The Mater Hospital, where Janna ended up, was founded on a Catholic tradition, and it included an unadorned Chapel, where I whiled away some of the hours during Janna’s surgery. In Janna’s ward, and probably every other, there hung a small, stylized crucifix over the window. Here was a God whom I could worship; one that had entered into our humanity, to suffer and die that we might live. Unlike the proud gods of the television, sitting behind their hermeneutically sealed glass screen, this God not only touched our humanity, but humbled himself to come right into it. This God then picked up and carried away the things that contend against our humanity, even death itself, taking them into his own body and nailing them to the cross where they died.

This thought infuriated me, and it still does. It was that same feeling of frustration as I read Isaiah. My knowledge of Hebrew is, to be generous, rudimentary. However, I know enough to know that our English Translations struggle to convey not just the technicalities of the text, but also their beauty and raw power. In Isaiah 1:2, the prophet declares “Hear, o heavens; give ear, o earth; for the LORD has spoken”. It took me a whole evening the week before Janna’s emergency to read three words in the Hebrew of the Dead Sea Scrolls on-line, and I was amazed at the musicality of its native language. Yet, I could not hear it well. I did not have the tongue to annunciate the words. I determined to learn more Hebrew, so I could more fully appreciate those verses that so tantalized me.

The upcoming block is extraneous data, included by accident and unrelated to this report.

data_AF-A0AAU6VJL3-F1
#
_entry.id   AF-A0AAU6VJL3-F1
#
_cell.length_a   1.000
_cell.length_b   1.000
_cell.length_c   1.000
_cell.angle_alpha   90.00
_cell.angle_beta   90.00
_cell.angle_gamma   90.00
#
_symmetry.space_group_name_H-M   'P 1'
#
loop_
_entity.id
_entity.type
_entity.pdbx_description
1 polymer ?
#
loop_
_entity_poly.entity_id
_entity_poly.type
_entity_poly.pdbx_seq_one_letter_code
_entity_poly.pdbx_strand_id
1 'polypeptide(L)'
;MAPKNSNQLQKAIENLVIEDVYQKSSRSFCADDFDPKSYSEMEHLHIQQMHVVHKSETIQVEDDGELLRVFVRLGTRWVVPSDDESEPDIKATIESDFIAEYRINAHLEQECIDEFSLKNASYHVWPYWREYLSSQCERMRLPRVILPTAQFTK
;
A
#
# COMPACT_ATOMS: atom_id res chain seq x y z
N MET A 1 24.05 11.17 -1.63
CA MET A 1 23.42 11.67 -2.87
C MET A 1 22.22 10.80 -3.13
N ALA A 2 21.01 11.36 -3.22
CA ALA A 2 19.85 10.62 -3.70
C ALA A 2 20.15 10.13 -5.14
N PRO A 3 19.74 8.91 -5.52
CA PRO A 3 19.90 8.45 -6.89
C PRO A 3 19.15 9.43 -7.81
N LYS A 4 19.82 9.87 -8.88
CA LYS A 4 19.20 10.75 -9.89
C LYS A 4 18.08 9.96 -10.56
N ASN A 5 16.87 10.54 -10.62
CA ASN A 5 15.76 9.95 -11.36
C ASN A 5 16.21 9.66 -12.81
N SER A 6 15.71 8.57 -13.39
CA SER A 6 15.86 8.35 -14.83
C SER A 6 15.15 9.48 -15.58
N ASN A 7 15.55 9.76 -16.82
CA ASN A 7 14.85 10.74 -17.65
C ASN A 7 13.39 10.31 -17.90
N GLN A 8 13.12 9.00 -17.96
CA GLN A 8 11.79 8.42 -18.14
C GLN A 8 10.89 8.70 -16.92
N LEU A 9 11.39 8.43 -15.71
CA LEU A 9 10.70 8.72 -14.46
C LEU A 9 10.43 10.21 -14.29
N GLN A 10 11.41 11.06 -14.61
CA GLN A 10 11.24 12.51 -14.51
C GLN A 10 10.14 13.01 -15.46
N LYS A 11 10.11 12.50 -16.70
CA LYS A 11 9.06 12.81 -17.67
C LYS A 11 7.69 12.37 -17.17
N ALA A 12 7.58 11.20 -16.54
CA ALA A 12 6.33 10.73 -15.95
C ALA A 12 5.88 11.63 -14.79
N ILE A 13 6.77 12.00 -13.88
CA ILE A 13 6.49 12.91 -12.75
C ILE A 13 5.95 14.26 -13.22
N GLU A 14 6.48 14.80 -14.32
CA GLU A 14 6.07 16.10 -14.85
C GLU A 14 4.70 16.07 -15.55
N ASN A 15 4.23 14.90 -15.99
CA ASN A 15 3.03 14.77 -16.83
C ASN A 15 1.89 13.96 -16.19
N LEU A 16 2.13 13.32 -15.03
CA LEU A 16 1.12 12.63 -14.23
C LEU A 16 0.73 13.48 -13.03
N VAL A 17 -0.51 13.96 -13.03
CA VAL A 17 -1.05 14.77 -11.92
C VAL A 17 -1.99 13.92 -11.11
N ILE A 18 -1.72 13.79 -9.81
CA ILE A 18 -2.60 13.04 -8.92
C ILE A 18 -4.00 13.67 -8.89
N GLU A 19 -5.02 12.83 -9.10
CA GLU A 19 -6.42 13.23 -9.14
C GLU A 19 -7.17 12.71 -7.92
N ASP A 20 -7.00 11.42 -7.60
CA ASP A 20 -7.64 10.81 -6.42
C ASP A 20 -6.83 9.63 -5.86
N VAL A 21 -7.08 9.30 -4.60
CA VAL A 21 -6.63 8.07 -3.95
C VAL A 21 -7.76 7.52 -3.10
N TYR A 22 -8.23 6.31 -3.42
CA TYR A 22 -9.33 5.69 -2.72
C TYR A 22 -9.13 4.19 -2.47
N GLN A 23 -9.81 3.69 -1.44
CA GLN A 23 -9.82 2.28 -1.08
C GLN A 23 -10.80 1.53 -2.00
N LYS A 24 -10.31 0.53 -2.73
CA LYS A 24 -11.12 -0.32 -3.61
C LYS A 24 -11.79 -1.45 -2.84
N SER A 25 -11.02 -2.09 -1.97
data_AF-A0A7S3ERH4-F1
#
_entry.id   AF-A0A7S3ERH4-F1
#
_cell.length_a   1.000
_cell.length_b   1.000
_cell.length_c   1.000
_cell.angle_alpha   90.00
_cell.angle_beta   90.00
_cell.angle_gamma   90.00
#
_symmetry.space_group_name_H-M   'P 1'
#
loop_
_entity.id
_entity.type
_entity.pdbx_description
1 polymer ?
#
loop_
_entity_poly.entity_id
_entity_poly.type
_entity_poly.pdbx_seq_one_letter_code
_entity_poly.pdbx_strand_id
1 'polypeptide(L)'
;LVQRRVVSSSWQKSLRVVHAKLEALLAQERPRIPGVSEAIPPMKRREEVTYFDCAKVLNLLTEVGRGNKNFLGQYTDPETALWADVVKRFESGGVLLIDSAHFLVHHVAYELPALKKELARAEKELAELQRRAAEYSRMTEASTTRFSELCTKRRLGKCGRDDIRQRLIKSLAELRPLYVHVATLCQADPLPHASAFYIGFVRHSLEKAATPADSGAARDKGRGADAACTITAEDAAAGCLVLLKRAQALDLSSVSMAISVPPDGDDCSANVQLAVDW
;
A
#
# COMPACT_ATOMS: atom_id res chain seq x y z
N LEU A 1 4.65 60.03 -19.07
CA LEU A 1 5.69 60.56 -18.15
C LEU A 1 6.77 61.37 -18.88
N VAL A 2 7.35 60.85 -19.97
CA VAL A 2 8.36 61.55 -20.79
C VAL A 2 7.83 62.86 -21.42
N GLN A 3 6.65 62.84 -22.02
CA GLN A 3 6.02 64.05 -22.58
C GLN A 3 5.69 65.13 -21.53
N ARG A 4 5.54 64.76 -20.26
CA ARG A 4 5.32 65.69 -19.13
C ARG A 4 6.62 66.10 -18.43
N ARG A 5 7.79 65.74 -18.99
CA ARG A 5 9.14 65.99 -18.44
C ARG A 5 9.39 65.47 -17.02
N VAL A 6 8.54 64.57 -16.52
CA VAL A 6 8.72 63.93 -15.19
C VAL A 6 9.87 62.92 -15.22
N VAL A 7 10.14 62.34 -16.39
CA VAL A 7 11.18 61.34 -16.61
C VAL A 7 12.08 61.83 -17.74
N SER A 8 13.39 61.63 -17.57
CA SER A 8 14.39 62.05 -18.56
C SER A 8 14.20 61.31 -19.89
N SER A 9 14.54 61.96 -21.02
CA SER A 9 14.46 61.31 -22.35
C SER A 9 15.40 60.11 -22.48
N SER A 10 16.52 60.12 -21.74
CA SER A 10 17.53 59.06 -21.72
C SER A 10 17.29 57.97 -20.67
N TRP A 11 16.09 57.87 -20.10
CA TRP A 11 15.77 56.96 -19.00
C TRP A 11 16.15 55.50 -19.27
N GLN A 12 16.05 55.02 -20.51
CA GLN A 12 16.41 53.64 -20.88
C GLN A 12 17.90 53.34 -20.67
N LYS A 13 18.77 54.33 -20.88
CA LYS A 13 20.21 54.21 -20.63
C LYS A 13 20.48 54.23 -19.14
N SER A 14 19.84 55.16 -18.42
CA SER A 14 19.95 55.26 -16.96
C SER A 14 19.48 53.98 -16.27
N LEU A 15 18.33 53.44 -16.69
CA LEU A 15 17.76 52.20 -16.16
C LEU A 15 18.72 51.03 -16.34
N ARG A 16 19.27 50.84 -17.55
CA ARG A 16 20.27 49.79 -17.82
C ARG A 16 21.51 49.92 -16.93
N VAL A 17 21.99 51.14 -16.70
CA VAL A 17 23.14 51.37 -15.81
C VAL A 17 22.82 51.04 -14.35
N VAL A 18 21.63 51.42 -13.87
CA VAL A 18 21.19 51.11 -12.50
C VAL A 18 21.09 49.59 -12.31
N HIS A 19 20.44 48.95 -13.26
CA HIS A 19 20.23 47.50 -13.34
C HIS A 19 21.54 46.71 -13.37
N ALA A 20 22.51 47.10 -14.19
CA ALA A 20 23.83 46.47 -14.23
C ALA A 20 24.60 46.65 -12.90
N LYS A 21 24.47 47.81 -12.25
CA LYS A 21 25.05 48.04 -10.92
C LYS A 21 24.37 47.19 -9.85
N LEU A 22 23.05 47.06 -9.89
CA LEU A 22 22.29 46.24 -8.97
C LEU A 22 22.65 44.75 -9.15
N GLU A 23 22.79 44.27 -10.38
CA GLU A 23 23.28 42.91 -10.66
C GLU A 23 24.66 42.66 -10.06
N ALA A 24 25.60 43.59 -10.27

Yet, there was something else that was tantalizing me. I could sense it like a giant wave building in the ocean. I could not see or hear it clearly, and the other waves disguised its presence, but I sensed it was there. I can only describe it as the ferocious zeal of God.

I could see glimpses of it in Psalm 23, and in the voice of the prophet. I could see it in the image of the crucified man over the window. I could see it in the kindness of our family and friends as they offered their love and support. God, whom had called the cosmos into being with His indomitable Word, was filled with a ferocious zeal for our living. He was committed to our living in a way that we could only faintly sense. We can hardly assemble the language to describe it. It was this ferocious zeal of His that had called us into being, and this same zeal had given us the capacity to surprise Him. This same ferocious zeal compelled Him to enter into our flesh and blood existence, and to do whatever was necessary, at whatever cost, to secure our living. 

And it was not simply an existence that He brought about for us, but true living. God’s single-bloody-minded and whole-hearted commitment to our living is not a religion, or a set of parameters in a mathematical equation, nor even the certainty that comes from accurate or reliable predictions. It is nothing less than life itself; life in chaos and uncertainty; life in which choices make a real difference; life in defiance of death, which seeks constantly to subdue, stultify and cow us.